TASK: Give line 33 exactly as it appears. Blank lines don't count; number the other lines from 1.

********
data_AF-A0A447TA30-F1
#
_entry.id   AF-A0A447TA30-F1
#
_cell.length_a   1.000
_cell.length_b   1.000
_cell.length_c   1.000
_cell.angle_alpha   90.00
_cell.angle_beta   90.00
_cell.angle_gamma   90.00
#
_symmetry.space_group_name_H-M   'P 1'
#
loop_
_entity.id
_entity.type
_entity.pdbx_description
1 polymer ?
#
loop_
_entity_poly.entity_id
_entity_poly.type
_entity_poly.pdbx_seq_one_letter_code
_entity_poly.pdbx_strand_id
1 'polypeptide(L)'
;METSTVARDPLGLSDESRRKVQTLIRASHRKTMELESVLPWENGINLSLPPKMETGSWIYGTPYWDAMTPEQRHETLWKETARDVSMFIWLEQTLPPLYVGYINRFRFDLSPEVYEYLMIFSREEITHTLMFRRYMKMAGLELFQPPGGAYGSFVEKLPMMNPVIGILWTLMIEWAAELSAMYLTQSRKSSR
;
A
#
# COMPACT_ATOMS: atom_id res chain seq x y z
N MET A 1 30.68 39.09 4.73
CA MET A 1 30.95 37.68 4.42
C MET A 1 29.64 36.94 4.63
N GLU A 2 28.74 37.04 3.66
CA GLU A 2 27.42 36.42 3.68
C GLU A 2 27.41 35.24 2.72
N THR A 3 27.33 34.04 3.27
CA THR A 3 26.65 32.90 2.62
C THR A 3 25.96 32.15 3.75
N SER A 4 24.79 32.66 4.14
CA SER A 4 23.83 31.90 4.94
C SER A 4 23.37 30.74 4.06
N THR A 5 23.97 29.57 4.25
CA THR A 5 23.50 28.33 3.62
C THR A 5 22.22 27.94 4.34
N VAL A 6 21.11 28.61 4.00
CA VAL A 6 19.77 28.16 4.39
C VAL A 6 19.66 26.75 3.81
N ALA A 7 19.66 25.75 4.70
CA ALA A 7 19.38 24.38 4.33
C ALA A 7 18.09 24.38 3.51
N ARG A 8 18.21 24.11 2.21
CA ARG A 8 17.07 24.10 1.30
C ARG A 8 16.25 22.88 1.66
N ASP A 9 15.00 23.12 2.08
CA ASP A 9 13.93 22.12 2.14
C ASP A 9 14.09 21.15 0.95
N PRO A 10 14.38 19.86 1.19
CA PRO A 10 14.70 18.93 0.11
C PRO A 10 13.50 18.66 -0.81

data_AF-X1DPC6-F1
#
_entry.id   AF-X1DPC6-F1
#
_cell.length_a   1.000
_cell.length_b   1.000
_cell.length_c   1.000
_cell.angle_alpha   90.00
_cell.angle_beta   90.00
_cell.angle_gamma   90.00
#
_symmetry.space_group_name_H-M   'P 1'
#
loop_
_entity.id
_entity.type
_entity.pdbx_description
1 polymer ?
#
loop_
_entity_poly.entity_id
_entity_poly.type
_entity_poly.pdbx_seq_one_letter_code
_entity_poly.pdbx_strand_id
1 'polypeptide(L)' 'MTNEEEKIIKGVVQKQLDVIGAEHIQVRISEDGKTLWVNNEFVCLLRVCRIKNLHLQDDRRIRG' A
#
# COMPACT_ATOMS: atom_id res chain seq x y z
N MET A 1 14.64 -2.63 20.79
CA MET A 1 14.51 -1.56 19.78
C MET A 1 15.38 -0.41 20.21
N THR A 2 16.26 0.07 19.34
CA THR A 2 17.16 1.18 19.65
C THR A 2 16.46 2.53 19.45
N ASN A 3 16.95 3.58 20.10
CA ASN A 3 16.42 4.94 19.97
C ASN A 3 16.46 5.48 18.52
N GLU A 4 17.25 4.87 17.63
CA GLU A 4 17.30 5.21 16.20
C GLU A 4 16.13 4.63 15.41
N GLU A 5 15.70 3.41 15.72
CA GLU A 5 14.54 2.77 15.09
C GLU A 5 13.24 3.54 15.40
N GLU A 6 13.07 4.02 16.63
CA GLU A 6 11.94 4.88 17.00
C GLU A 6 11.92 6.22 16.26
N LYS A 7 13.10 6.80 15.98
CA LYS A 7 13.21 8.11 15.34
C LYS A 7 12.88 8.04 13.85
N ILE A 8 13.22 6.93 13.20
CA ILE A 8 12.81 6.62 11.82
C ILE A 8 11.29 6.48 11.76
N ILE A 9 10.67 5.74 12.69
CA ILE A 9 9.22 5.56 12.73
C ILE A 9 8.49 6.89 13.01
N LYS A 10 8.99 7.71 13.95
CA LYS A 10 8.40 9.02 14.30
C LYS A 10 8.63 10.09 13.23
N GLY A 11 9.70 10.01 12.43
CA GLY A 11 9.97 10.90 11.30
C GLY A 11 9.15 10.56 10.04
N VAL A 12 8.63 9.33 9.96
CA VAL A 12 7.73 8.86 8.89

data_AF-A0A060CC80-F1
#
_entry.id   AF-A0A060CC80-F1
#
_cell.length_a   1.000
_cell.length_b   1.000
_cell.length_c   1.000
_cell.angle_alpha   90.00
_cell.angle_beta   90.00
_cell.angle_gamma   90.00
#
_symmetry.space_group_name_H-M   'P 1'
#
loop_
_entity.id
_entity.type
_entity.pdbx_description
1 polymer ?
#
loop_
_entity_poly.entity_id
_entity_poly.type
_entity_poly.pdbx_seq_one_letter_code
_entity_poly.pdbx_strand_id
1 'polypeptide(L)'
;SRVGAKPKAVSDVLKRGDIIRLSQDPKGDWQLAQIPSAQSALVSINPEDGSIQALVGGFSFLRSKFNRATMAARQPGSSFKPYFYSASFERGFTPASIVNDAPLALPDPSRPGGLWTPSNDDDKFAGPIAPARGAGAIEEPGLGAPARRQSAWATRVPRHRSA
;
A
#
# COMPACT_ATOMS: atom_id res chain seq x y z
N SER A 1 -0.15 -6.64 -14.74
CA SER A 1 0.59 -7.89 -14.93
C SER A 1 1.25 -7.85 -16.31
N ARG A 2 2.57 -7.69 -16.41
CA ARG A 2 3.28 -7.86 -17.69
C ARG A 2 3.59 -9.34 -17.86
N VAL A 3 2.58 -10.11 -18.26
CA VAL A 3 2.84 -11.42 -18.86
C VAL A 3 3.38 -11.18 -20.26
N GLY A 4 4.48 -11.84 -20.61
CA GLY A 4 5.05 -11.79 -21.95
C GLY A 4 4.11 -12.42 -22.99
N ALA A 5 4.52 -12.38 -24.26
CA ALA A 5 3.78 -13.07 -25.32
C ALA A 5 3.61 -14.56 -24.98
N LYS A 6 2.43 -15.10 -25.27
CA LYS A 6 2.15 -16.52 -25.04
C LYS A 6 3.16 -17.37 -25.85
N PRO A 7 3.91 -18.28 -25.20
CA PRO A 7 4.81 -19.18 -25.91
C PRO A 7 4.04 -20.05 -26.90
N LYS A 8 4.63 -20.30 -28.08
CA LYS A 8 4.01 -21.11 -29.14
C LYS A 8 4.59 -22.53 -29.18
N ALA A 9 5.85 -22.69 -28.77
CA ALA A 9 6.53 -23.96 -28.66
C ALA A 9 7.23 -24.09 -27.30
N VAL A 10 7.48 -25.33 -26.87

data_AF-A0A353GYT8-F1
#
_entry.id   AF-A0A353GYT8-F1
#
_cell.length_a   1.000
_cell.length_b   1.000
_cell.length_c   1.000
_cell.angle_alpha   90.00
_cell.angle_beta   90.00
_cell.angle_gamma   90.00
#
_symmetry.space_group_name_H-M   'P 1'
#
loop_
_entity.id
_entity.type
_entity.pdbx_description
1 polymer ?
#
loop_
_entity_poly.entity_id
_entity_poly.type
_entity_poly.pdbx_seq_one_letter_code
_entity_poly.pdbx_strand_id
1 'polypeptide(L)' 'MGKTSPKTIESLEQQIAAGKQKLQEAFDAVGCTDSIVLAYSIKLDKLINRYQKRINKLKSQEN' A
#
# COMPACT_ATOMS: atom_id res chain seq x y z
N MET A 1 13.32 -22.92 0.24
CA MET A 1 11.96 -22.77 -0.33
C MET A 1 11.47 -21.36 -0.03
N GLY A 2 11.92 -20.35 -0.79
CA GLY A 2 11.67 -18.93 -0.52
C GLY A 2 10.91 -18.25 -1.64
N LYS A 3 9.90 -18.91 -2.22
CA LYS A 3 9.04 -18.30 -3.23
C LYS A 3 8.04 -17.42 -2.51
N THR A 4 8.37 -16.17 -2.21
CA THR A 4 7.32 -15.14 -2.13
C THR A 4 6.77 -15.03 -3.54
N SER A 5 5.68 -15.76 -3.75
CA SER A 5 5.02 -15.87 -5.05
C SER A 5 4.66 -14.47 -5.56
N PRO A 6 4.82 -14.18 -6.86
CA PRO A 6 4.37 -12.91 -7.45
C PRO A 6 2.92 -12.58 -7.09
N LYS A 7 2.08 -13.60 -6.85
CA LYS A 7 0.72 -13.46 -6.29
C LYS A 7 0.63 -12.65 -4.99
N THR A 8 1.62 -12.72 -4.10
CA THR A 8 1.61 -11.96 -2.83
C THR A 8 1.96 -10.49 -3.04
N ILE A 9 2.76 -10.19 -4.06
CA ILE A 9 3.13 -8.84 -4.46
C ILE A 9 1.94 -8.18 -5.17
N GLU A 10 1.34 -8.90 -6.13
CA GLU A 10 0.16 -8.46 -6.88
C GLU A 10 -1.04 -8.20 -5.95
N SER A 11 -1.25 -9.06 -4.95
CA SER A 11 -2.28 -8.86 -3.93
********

C MET A 1 29.64 36.94 4.63